Hey guys, thanks for taking my question. So when I think about kind of your channel commentary and I appreciate what you're saying around China and Russia, but the areas of -- your channel has been performing better above market growth in CAD and PLM outside of the areas in China and Russia, how to -- how did those do in the quarter?

James E. Heppelmann -- President, CEO, Director & Member of National First Executive Advisory Board

In general, the channel had a respectable quarter, with a significant drop-off -- with significant drop-off in certain GEOs, where we just did not succeed in selling subscription software to people who are used to buying perpetual software from us.

Jason Celino -- KeyBanc Capital Markets -- Analyst

But outside of those areas your CAD and PLM growth was still above industry CAD, PLM growth?

Unidentified Speaker

I don't know if it's above, but it was -- it was respectable. Not significantly above, not significantly below. I mean it was not a great quarter for the channel, I think we were clear on that. And that means that most GEOs did well or decent, respectable and then a few really took a hit and it's really that it from a few GEOs that affects the overall growth rate.

Jason Celino -- KeyBanc Capital Markets -- Analyst

Okay. I appreciate the commentary. Thank you.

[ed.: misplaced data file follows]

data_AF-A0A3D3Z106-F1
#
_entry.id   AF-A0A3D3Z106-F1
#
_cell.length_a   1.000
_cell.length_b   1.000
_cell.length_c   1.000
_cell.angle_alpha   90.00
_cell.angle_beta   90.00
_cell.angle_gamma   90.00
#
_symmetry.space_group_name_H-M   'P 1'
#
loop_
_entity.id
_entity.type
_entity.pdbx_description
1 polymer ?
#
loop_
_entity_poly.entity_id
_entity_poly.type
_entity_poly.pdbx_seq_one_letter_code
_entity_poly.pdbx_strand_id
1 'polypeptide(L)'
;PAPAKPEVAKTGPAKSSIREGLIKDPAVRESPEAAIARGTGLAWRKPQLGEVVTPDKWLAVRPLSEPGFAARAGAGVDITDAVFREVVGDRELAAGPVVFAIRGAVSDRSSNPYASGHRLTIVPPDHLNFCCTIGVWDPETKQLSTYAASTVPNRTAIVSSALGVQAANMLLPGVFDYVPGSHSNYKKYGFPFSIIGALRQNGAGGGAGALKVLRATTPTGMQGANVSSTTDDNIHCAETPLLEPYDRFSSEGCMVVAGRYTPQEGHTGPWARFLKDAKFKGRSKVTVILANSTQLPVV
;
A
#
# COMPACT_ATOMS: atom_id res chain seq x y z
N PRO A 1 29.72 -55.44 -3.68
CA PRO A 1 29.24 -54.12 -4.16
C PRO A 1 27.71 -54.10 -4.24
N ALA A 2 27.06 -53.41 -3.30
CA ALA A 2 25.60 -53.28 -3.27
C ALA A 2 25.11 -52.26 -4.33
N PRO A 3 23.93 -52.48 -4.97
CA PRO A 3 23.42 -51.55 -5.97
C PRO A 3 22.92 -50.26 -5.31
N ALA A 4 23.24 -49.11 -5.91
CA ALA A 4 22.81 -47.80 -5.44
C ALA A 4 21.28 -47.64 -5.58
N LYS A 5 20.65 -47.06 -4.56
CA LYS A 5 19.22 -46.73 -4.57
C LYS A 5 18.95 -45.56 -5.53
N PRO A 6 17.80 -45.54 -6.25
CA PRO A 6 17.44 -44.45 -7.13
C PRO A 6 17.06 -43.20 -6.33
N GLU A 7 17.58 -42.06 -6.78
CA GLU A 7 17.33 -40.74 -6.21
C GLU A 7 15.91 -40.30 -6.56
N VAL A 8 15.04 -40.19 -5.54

James E. Heppelmann -- President, CEO, Director & Member of National First Executive Advisory Board

Yeah. Okay, all right. So I think we're out of time. But let me just thank everyone for joining us. I want to reflect actually on a few things that Kristian said as he was talking here. We're talking about a disappointing year, but nonetheless recurring software revenue is going to be up 13%, operating margin is going to be up 400 to 500 basis points, EPS is going to be up 21% at the midpoint and free cash flow will be around $260 million to $270 million. So actually though we're disappointed in bookings for the reasons that we elaborated on, the business moved forward quite a bit. And because of the bookings situation we pushed this very attractive target back a year, but I think it's as attractive as it ever was, and I think it's very, very credible that from this point forward we can accomplish that target, and you heard Kristian, he's confidence behind it. He's got models behind it. We feel like it's doable.